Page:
As if you aren’t already exhausted… here are my top five Nesmith tracks not already mentioned:
From the early days of the Monkees, «Papa Genes Blues» is a sprightly fusion of folk rock, country, samba, and pop that still sounds completely fresh 100 years later. Nobody else was making music like this at the time…
Mike wrote the beautiful ballad «Propinquity (I’ve Just Begun to Care)» before he joined the Monkees. They demoed it during the Head sessions, but didn’t really fit the mood of the movie, especially since there were no segments set on horseback, so it was shelved. Too bad, because it’s a tear-inducing love song that someone like Merle Haggard could have had a timeless hit with if he had covered it. Nes did finally issue it on a solo album in 1971 and it’s a nice version. The Monkees demo is the one that cuts the deepest though.
Mike didn’t write «Love is Only Sleeping» but this song from Pisces, Aquarius, Capricorn & Jones Ltd. — my vote for best Monkees album — is a stunning example of what a great vocalist he was. The harmonies with Micky … next stop goosebump city! It’s also a fine example of his guitar playing and a track that rivals any of the psychedelic sounds coming out of the U.K. in 1967.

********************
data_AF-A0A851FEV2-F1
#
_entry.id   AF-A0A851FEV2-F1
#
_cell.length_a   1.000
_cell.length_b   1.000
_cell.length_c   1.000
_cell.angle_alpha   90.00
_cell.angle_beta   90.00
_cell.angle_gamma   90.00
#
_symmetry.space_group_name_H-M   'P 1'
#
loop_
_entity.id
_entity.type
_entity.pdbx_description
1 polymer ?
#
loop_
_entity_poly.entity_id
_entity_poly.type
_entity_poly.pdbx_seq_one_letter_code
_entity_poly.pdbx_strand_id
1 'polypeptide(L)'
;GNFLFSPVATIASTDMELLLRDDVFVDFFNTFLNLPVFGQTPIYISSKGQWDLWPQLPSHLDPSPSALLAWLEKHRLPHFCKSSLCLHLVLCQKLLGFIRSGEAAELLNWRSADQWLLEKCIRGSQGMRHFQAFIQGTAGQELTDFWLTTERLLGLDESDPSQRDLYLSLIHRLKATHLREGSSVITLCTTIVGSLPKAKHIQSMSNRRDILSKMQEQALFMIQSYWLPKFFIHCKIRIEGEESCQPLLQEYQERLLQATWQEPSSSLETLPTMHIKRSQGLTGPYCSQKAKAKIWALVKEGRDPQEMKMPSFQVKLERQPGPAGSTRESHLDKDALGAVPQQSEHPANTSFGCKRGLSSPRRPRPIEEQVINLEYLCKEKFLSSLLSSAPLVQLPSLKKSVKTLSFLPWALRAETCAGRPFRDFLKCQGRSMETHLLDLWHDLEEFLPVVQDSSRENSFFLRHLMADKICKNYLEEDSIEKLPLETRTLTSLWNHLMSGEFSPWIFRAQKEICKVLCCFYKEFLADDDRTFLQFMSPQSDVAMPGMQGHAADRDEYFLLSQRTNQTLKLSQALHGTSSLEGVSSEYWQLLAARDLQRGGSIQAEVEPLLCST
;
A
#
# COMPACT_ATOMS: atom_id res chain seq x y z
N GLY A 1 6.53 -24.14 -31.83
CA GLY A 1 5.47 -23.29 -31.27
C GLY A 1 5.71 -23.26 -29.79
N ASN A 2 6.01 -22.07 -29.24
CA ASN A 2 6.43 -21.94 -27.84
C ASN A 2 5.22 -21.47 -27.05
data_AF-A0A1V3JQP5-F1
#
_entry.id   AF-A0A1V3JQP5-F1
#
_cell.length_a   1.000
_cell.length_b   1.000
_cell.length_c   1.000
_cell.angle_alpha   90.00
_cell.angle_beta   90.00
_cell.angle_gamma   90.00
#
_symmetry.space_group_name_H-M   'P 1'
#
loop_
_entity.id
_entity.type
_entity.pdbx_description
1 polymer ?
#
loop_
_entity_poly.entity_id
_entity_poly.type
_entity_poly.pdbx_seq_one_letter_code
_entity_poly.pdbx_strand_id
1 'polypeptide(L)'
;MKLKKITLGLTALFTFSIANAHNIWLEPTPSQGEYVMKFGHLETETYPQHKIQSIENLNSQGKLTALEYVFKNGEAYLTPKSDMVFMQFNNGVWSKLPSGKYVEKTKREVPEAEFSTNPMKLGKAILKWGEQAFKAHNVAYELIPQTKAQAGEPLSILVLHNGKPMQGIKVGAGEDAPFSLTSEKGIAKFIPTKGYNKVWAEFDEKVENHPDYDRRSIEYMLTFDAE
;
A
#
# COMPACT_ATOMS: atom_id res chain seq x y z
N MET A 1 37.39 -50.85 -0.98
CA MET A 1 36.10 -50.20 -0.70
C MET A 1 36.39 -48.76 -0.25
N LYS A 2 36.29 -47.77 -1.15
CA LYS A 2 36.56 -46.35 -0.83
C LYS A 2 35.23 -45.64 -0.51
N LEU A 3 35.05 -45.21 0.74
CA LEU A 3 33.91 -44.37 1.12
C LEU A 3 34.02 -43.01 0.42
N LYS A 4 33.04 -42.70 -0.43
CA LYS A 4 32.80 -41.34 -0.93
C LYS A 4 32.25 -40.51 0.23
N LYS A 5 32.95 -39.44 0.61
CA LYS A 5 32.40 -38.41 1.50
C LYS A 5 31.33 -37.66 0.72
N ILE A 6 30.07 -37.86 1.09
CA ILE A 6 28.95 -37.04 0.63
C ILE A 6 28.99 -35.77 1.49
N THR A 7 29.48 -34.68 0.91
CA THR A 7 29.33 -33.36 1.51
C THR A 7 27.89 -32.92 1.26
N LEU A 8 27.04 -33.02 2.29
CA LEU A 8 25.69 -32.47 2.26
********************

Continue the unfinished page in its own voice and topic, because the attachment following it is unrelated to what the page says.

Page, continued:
One from Mike’s solo career, «Joanne» is a very pretty ballad with some fantastic yodeling. The melody is timeless, the performance sugar-sweet, and words are typically challenging. Mike never takes the easy way out lyrically and his best songs, like this, mix brains and beauty perfectly.
«Sunny Girlfriend» is two and a half minutes of giddy pop from Headquarters that could put a smile on a statue. So much jangle, amazing harmonies from two of my favorite singers ever (Mike and Micky) and the song of a band trying to figure out how to play; it’s Hollywood garage folk at its finest and I could listen to it on a loop most days. (Except for the days when I want the guitar riff from «Circle Sky» to come in and clean out the cobwebs.)